Start Earning Up to 16% Interest Automatically

Learn More

Why Is South Korea Such A Target For Ransomware?

Ransomware Targets South Koreans

Share this article

Ransomware attacks demanding cryptocurrency payments have been on the rise, striking police stations, hospitals, and (most recently) the city of Atlanta, Georgia. But no locale is suffering as much, say researchers, as South Korea.

Now a research team led by NYU Tandon School of Engineering cybersecurity expert named Damon McCoy believes that they have a new possible avenue for law enforcement professionals to follow when attempting to determine what happens to cryptocurrencies that are used to pay the demands made by ransomware creators.

Although the public nature of the Bitcoin blockchain has been called a design flaw by individuals like Edward Snowden, the researchers were able to track ransom payments made using Bitcoin by accessing transaction information on the public blockchain over a two-year period.

According to the research team, South Korea is a favorite target for ransomware attackers. $2.5 million of the $16 million in confirmed ransom payments were made by South Koreans who suffered an attack. The researchers have called for additional research to determine what makes South Korea especially vulnerable to ransomware attacks and how South Koreans can better protect themselves.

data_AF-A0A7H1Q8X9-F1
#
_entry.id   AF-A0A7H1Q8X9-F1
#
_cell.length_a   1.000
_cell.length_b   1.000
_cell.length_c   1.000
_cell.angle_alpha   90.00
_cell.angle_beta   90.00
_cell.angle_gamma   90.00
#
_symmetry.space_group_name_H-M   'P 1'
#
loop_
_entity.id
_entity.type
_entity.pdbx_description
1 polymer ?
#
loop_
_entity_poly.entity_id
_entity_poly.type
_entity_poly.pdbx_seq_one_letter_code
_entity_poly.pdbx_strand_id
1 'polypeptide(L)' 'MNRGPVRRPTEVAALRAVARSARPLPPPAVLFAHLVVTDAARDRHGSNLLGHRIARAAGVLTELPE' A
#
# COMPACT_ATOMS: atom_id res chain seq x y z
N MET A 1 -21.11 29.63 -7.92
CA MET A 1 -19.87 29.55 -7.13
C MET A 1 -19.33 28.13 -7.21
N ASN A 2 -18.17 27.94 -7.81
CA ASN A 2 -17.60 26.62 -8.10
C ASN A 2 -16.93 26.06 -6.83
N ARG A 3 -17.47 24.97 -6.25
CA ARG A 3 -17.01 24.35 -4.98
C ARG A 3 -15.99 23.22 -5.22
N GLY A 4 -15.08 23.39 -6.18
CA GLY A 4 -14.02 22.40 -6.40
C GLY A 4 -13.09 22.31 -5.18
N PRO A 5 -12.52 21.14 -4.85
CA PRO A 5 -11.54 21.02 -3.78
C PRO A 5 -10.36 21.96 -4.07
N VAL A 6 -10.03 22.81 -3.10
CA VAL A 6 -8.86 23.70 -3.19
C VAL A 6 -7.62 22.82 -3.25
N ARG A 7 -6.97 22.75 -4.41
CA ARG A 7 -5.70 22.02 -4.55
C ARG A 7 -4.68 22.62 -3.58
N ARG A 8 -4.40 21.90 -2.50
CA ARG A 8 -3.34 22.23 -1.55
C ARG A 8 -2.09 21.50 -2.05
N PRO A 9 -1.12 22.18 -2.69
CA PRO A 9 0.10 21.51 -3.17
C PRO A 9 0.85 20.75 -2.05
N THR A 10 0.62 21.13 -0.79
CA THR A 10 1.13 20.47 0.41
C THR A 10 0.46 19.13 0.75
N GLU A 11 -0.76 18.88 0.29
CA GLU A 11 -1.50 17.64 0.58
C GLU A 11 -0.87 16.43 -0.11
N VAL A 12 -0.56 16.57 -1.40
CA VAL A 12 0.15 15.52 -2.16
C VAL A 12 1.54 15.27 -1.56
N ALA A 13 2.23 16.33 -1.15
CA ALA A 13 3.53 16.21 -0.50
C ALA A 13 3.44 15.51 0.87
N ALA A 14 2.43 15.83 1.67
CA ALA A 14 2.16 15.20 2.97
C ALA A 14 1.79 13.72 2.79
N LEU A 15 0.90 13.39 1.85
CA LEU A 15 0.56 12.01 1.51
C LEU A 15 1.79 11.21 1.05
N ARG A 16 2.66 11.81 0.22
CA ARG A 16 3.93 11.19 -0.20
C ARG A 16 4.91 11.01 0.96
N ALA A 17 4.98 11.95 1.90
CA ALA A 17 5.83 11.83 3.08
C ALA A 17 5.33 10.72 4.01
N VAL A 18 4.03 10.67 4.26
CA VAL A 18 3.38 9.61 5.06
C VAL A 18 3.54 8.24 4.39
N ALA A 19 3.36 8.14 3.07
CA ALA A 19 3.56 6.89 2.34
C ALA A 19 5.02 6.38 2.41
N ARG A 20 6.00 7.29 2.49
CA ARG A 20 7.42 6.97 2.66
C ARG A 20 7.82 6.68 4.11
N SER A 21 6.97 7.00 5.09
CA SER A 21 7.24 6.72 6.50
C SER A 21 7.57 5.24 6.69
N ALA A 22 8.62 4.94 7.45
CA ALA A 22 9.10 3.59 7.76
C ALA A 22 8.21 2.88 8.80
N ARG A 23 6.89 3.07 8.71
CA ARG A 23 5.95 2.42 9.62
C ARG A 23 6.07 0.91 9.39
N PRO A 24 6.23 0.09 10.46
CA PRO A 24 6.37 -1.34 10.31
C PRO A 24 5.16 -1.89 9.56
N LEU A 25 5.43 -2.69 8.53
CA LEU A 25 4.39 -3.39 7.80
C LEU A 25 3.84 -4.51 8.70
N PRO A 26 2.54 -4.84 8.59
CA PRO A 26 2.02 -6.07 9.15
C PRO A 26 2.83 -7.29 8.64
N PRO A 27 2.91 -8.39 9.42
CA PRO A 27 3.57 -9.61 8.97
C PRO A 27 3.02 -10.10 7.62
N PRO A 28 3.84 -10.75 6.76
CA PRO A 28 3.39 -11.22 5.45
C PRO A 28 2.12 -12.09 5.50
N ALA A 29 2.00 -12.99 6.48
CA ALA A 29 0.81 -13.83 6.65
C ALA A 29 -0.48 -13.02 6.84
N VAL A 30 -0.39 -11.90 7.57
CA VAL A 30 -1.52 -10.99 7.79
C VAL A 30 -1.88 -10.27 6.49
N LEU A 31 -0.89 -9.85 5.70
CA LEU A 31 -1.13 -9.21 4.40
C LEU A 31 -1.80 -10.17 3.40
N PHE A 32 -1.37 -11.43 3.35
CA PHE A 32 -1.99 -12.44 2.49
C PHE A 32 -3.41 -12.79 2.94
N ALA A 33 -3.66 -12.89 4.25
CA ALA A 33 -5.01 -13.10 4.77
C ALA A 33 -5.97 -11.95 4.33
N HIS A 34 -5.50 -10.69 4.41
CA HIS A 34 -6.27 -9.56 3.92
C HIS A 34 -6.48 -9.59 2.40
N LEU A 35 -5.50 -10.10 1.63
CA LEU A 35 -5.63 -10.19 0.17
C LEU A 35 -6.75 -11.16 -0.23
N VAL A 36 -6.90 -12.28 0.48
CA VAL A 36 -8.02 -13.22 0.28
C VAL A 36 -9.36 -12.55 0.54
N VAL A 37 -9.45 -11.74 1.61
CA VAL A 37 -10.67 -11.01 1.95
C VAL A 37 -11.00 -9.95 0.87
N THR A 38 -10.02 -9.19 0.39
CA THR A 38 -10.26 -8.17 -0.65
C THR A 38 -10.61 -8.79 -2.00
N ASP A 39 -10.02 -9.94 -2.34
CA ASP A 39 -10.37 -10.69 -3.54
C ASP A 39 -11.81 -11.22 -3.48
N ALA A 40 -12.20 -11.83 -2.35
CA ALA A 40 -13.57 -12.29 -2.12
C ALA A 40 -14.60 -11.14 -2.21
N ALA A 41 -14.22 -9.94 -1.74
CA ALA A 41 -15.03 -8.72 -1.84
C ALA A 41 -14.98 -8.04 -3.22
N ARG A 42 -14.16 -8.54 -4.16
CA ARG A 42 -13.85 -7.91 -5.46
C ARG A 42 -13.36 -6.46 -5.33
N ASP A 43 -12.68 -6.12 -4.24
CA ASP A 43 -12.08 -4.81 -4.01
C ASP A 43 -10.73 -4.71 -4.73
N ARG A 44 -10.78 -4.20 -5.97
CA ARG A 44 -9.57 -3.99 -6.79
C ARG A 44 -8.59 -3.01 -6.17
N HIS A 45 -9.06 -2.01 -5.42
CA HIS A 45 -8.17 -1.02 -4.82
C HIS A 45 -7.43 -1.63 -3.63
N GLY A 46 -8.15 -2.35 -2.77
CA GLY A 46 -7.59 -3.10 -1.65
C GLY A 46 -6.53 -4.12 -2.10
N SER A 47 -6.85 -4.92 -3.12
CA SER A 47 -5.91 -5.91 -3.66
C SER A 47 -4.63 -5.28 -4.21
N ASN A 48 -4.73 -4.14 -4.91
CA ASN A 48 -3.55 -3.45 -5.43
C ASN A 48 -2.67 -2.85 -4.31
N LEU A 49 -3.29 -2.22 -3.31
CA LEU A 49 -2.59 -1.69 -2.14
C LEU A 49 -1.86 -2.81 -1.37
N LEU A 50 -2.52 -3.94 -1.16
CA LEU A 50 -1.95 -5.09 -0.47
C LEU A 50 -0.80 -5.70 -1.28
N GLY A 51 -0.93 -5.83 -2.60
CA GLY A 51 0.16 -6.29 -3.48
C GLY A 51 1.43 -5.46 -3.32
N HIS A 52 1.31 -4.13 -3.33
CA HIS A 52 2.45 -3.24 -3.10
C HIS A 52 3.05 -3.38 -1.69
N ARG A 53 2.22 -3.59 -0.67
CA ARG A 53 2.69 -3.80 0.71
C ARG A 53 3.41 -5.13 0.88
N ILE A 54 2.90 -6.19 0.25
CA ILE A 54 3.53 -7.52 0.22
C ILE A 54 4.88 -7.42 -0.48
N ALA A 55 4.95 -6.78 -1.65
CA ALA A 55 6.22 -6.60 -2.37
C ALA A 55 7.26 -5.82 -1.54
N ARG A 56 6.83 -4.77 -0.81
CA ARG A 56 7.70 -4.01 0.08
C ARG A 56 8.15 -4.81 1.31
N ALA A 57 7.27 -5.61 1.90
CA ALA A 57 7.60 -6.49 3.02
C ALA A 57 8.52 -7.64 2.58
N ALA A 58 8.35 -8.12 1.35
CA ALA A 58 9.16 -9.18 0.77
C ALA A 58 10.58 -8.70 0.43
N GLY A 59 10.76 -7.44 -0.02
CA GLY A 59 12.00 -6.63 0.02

Could It Be North Korea?

The exceptional targeting of South Korea in ransomware attacks has led to speculation that North Korea is involved. Hacking groups in North Korea have already been implicated in major hacks of exchanges and theft of millions of dollars’ worth of cryptocurrency, which has been allegedly diverted to the country’s nuclear program (despite scant hard evidence).

North Korea is known to have engaged in cyberattacks against its enemies, including the major WannaCry attack last year; so it may not be surprising if ransomware attacks against businesses and civilians in South Korea are sponsored by hackers or agencies within North Korea.

In addition, ransomware attackers typically unloaded the tracked cryptocurrencies on a Russian exchange called BTC-E. (BTC-E has since been seized by FBI authorities.) Russia’s ties to North Korea are closer than many in the western world are comfortable with, and the choice of a Russian exchange may also point to cyberattacks emanating from the peninsula.

Researchers Become Victims of Their Own Research Topic

The researchers also ran ransomware binaries in a controlled environment to study its nature, but eventually became victims of a ransomware attack themselves. They took advantage of the situation to send micropayments to the attackers’ wallets to study what happened.

“Ransomware operators ultimately direct bitcoin to a central account that they cash out periodically, and by injecting a little bit of our own money into the larger flow we could identify those central accounts, see the other payments flowing in, and begin to understand the number of victims and the amount of money being collected,” McCoy said.

The researchers did draw the line at exploring certain aspects of the ransomware ecosystem such as the percentage of victims who paid the ransom to recover their files, citing ethical concerns. McCoy said that doing so could actually cause victims to have to pay a double ransom to recover their files.

An assistant professor of computer science and engineering at the NYU Tandon School of Engineering,  Damon McCoy has made criminal use of cryptocurrencies one of his research focuses and has previously used Bitcoin advertising to track human trafficking. The current research on cryptocurrency-related ransomware was supported in part by grants from the National Science Foundation, Google, and Comcast.

Share this article